In the UK Subaru gained it’s reputation with the World Rally Championship bred Impreza WRX driven by the late Colin McCrae, then the late Richard Burns and latterly Peter Solberg. Constructors and drivers titles flowed through out the mid 1990’s and early 2000’s.
Naturally the public wanted some red meat and on top of offering branded clothing and accessories Subaru developed road going versions for public consumption. Thus legends were born and reputations were made.
Now the legend has been re-made and re-named. Subaru have dropped the Impreza naming convention and opted for simplicity. Meet the WRX STi.
The WRX STi is slung low, comes wrapped in a aggressive wide-body look and features a large and charismatic looking rear wing. The electric-blue paint finish and black 19-in alloys give a rippling muscular effect.
Without these adornments the WRX would like a skinny buck tooth librarian with a fringe flowing over his/her thick rimmed glasses.
The interior is lifted straight from the Levorg, so you decent build quality, spec and supportive and comfortable leather/alcantara sports seats. It’s all good in here so far.
Underneath this pantomime is a 2.5-litre twin-turbo flat-four engine which develops 295bhp and 410Nm of torque. 0-62mph? The snappy six-speed manual will help you achieve your traffic light ambitions in 5.2 seconds.
Subaru have worked hard to improve the stiffness of the chassis and body over the previous generation STi. The suspension has been re-worked we could talk thicker anti-roll bars, but let’s keep it simple and say everything is stiffer, which means less frequency vibrations… lets not get too technical here.
Fire up the engine and there isn’t really any drama to hear, floor the accelerator and you are met with instant grip courtesy of that AWD technology and those low grip Dunlops. Suddenly you are propelled at pace, the Subaru responds at its best if you keep it within the 3,500-4500 rev range.
Below that and you will experience a bit of turbo-lag, a slight affliction but not so much to be a nuisance. The STi comes loaded with a multi-mode configurable limited-slip differential which controls the torque levels to all four wheels so driving the WRX STi around an urban environment wasn’t frustrating at all.
I kept it in auto mode for most of the time I had the WRX STi, it was raining and wet and I didn’t want to unexpectedly end up ploughing a farmers field in late January. But when the diff was set to its lowest setting the WRX STi was an unfathomably deranged.
You also get Subaru’s Intelligent Drive, three settings, sport, Sport sharp and Intelligent the latter focusing on economy. In effect it’s and a power management switch that increases/decreases the engine revs. Though I always find the differences between the three to be minimal.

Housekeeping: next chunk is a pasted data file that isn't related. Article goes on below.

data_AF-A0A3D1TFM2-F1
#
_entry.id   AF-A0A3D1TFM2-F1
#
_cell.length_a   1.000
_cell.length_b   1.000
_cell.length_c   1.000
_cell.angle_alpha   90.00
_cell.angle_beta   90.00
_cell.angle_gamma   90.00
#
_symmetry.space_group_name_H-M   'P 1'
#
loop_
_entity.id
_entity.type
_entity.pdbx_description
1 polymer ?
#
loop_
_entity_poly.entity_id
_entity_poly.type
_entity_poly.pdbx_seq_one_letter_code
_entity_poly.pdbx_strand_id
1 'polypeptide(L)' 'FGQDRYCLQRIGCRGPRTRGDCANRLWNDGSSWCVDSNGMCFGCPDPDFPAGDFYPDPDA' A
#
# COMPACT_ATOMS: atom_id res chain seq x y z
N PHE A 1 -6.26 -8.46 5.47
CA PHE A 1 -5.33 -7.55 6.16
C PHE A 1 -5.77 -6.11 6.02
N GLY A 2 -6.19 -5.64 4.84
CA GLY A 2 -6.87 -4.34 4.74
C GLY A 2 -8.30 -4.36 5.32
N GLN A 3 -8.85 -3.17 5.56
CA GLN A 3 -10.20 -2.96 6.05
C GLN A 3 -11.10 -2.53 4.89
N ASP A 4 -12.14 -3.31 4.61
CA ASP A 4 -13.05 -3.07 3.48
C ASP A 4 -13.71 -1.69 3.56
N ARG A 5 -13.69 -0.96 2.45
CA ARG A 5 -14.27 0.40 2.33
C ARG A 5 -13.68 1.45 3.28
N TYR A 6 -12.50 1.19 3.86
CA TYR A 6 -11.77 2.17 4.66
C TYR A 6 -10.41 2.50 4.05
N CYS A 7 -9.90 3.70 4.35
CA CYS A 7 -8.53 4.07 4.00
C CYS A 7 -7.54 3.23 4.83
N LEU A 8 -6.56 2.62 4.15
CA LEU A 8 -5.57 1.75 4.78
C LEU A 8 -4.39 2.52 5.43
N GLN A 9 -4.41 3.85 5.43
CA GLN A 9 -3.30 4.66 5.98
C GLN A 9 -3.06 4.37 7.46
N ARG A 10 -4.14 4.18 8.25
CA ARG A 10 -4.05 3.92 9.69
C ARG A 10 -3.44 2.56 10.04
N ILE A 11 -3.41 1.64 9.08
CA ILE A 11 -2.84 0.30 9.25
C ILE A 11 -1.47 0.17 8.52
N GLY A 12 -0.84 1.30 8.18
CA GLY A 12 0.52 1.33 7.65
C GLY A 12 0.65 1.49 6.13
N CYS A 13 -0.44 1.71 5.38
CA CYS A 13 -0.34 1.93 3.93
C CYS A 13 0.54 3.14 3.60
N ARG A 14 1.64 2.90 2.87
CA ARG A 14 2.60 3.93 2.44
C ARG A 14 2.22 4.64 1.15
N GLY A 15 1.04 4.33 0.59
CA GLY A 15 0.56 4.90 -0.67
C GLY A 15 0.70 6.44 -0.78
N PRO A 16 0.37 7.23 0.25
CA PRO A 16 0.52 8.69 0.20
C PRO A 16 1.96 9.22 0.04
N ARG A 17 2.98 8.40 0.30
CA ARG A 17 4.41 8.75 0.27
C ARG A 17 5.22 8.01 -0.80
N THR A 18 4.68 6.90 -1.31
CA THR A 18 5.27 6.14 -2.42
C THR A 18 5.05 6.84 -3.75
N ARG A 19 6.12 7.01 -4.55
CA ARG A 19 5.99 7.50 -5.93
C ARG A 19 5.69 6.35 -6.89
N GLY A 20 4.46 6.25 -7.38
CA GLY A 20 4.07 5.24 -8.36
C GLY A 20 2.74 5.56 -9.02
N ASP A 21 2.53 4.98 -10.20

When you drive the WRX STi it instantly feels raw and untamed. The ride is stiff, from the suspension to the anti-roll bars. At low speed the WRX STi doesn’t exert any foul temperament that belies its true nature.
Pick up the speed and head out to a twisty B-route and you soon realise you have a precision tool to navigate any road with pure indulgence. Directional change from one corner to the next is sublime with the STi becoming alert to your every command. Two really do become one.
The WRX STi does have a few drawbacks, that ride is stiff, over anything but the smoothest of roads and you will know about it. Then there is the economy the best I managed was 27mpg. On a motorway journey I discovered that keeping it at 90mph was actually more efficient than 70mph. I suppose the rear wing’s aerodynamic kicking in at 80mph helped, but it could have been the Super-Unleaded I pumped into the fuel tanks.
Cars like this are not about the economy, the boot space or the knee space or the whatever space, you live with the compromises. These cars are about moments about feeling that acceleration, lunatic cornering speeds that grips so aggressively you feel as though the STi will never let go no matter what.
You will have to contend with the road noise, it isn’t well suppressed, in fact it’s like sitting next to a railway station. But you know what? the stiff ride had a little bit of suppleness, the economy doesn’t bother me, the noise I can live with and the turbo-lag wasn’t hampering my enjoyment because at the end of the WRX STi is highly strung. But it knows how to strut.
The Subaru WRX STi can be an animal and ballet dancer, with an equally split personality that is divided into lunatic and deranged. It’s a car that is loaded with computer controlled sensors that makes you believe you are driving it instead of it driving you.
However the WRX STi may have a problem, the latest Ford Focus RS is a 350bhp hot hatch, which out guns the WRX STi in power and hatch-ability practicality. And it’s not too much more expensive.
But the Ford has a problem, tmany in the UK motoring press will never knowingly displease Ford, for fear of never getting behind the wheel their mediocre cars ever again. Well actually for fear of never being invited to a press launch again or being invited on their yearly Ski trips to France.
So it’s up to you do you believe what the paid for media reviews say about the Focus RS or do you go with your gut instinct and take the Subaru WRX STi?
We’d go for the STi.